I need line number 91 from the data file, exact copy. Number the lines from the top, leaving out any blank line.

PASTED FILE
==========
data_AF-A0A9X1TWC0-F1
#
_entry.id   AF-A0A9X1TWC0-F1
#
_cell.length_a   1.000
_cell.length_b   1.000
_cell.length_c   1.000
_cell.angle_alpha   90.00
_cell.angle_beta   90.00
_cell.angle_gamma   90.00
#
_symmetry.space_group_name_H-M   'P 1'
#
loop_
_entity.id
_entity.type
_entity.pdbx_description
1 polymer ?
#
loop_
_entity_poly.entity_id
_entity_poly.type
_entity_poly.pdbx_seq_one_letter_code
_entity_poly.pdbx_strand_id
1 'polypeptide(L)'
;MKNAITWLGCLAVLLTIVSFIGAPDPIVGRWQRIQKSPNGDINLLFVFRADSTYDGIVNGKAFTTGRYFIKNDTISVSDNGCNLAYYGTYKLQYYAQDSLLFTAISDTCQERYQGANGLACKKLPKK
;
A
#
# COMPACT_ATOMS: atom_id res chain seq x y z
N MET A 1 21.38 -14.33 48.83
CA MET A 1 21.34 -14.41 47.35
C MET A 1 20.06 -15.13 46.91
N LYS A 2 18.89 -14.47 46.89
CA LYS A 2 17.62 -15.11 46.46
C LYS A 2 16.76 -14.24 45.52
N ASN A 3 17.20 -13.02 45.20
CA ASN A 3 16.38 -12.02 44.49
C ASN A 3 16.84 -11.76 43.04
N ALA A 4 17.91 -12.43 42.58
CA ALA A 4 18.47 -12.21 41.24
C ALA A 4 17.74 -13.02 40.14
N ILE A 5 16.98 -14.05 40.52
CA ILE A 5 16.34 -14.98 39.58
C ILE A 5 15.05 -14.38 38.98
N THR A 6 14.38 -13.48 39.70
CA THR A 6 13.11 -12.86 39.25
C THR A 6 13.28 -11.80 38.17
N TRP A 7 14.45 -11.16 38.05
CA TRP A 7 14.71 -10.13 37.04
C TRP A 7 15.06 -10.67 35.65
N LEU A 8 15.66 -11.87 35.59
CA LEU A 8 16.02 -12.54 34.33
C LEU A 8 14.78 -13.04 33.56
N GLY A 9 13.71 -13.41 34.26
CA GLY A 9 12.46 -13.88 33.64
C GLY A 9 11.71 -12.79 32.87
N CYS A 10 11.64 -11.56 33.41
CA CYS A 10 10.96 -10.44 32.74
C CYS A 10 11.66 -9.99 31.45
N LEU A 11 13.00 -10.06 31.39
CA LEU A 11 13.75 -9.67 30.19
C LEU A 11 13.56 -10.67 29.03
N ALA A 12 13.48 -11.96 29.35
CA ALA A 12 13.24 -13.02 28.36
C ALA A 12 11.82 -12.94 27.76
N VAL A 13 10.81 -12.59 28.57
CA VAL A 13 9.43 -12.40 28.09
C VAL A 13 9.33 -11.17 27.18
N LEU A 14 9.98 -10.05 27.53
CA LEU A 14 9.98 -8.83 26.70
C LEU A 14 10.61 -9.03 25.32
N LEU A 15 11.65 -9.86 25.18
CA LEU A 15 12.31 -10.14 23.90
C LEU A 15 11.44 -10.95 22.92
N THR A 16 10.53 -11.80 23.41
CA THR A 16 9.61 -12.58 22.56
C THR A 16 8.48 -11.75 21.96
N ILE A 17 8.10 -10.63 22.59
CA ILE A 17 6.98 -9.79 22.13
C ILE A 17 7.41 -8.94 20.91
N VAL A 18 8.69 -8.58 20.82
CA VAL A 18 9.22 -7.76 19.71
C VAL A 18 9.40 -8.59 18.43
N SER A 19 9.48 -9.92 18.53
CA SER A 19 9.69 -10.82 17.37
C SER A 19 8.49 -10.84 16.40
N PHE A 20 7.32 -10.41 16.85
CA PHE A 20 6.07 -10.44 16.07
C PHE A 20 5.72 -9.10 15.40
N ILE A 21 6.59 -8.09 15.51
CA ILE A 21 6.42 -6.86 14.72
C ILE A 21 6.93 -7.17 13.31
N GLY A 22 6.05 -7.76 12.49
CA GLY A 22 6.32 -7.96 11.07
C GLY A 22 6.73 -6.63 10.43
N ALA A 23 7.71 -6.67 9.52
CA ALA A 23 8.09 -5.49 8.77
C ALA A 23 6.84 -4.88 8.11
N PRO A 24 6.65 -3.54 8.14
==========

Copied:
N ILE A 21 6.59 -8.09 15.51